If your pets suffer from separation anxiety or need complicated medication you might want an extra day so that they become familiar with your house sitters, while you are still there.
Again, this is entirely up to you and what you feel comfortable with. A good sitter will understand your worries and concerns, particularly if this is your first experience with house sitters. They will be happy to accommodate your needs, and will be attentive to your instructions.
All arrangements should be open to discussion between owner and sitter. Do you want them to drive you to the airport? What about pick-up when you return? Can they use the car? If yes, do they need insurance? How long can they be away from the house and pets? Which parts of the house can they use? Are any areas off-limits? Decide all of this in advance and make sure there are no last minute changes to surprise or upset the sitters.
One of the biggest issues that seems to arise on Facebook over and over, is the question of food. Is it OK for them to eat any food left in the fridge? Do you want them to replace what they use? Is the freezer food off limits? Get clear at the outset and you’ll avoid any difficult situations on your return.
It is a very good idea to write or type out a list of all the important info. Where is the water stop-cock and the electrical circuit breaker? Phone numbers for neighbours? The location of the vet? Emergency contact numbers? Your own contact details.
If the sitters have any problems they have an handy-to-refer-to guide on the fridge door, with all the relevant numbers quickly to hand. Again, professional house sitters will often ask you for this information on arrival, but don’t rely on it.
Do you want regular updates? Daily? Weekly? Or just occasionally? Good sitters might send you a photo every now-and-then to assure you that your pets are happy and well cared for. Again, this is up to you. Make sure you are clear about your needs, and that the sitter understands.
While you are away Rule Number One is “Don’t worry!” If you have followed this guide you will have done everything possible to ensure all goes well. And if there is an unforeseen issue while you are away you can be confident in the knowledge that you have responsible and reliable people caring for your pets, who will do their best to solve any problems that arise.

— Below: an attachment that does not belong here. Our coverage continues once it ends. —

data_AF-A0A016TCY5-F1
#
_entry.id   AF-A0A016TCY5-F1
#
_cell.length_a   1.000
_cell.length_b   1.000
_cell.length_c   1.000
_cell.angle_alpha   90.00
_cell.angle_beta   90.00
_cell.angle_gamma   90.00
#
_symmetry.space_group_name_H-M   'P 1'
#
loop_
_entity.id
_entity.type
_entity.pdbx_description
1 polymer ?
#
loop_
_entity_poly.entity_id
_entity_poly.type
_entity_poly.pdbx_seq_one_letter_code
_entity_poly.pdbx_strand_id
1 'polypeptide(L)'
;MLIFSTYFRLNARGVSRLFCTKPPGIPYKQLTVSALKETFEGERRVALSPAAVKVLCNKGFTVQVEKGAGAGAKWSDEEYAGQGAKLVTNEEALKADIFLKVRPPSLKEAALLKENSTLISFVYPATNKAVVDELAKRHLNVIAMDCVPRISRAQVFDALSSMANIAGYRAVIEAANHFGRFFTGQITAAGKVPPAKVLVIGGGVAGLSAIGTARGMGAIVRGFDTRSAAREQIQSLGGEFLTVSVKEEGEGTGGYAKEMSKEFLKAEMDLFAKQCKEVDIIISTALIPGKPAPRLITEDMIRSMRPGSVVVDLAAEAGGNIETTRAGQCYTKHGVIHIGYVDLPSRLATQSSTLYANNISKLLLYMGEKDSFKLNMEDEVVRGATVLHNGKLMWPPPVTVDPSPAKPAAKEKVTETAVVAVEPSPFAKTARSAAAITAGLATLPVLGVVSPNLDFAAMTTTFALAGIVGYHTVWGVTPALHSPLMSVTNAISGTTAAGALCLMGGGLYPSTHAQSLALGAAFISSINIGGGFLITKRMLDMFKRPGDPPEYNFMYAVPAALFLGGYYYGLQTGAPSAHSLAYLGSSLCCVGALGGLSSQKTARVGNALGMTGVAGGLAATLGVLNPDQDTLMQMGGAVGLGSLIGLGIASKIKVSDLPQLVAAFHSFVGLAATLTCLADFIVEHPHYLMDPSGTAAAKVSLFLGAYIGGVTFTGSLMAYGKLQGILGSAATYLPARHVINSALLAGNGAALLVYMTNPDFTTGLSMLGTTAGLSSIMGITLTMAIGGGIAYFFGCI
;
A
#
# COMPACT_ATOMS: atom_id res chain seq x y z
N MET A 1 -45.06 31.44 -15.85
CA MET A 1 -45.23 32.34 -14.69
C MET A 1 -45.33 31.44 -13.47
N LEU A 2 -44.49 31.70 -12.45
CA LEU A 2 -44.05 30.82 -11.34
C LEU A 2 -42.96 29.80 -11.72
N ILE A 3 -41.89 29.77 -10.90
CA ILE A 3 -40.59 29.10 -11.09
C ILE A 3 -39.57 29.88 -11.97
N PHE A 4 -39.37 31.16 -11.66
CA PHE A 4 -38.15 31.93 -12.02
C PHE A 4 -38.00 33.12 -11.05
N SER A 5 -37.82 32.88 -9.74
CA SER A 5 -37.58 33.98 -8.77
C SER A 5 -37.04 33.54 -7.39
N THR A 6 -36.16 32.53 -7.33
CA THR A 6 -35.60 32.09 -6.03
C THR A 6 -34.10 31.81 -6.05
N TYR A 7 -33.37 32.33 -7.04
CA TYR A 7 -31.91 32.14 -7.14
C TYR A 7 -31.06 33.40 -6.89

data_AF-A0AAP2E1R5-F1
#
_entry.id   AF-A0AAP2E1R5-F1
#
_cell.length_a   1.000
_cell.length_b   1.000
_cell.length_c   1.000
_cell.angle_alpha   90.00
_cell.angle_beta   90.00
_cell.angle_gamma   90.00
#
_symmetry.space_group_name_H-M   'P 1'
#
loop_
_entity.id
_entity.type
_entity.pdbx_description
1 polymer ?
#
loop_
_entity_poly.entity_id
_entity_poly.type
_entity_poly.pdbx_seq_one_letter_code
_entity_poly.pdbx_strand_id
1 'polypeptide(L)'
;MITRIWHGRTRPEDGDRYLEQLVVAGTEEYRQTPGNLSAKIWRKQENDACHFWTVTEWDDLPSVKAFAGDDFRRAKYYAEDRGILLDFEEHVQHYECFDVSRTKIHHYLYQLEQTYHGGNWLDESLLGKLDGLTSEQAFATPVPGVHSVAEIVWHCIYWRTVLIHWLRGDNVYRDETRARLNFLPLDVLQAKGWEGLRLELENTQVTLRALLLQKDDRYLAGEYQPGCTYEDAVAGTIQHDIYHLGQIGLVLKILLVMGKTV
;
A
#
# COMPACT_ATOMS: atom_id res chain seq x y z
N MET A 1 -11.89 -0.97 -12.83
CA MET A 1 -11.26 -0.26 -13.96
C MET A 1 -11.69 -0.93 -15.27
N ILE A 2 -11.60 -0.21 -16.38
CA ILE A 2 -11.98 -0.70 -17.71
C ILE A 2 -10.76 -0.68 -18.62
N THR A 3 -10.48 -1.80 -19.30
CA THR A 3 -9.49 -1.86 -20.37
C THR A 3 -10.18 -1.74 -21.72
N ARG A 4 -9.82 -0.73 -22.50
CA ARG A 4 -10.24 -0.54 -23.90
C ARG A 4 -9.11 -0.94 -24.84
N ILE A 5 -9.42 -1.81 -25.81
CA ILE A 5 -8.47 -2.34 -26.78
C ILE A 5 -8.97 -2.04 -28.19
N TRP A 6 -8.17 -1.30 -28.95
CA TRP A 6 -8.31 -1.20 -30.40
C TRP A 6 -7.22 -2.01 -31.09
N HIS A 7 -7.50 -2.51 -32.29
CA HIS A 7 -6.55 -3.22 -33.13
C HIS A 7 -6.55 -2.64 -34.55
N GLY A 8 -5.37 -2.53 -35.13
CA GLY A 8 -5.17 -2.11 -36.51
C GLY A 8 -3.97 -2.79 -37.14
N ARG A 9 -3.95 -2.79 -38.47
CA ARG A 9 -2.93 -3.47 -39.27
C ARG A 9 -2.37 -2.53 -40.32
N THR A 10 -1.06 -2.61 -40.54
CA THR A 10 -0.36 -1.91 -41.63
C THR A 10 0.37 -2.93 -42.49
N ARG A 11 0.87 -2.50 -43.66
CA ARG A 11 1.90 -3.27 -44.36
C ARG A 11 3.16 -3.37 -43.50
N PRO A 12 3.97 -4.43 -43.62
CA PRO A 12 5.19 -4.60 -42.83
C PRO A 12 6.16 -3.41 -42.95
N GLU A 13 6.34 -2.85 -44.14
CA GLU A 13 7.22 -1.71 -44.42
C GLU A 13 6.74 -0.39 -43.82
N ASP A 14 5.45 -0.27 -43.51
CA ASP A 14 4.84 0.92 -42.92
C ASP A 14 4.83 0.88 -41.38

Once again, if you have followed this guide your return home should be happy and easy. Your sitters will have made sure your house is at least as clean and tidy as when you left. In many cases home owners express their delight at the way their home has been looked after. After all, the sitter wants to secure a glowing reference from you, so will do their utmost to ensure you are satisfied with the service they have provided.
If you have received great service from a sitter please be prompt about leaving a review. Not only do you help the sitters, you also provide valuable feedback for future house owners considering the same sitter.
Many home owners and house sitters become good friends, and if mutually agreeable often agree to repeat sits too. Stay in touch. You never know when you or a friend or neighbour will need a great house sitter.
So that’s it. Common sense, good communication and mutual respect will in 99.9% of cases result in a great experience all round.
To find out more about Ian and Vanessa as potential house sitters, and to see a calendar of current availability, please take a look at this page.
Let us know if you are considering a first house sit assignment for your pets.
Or if you have any first sit stories let us know in the comments section below.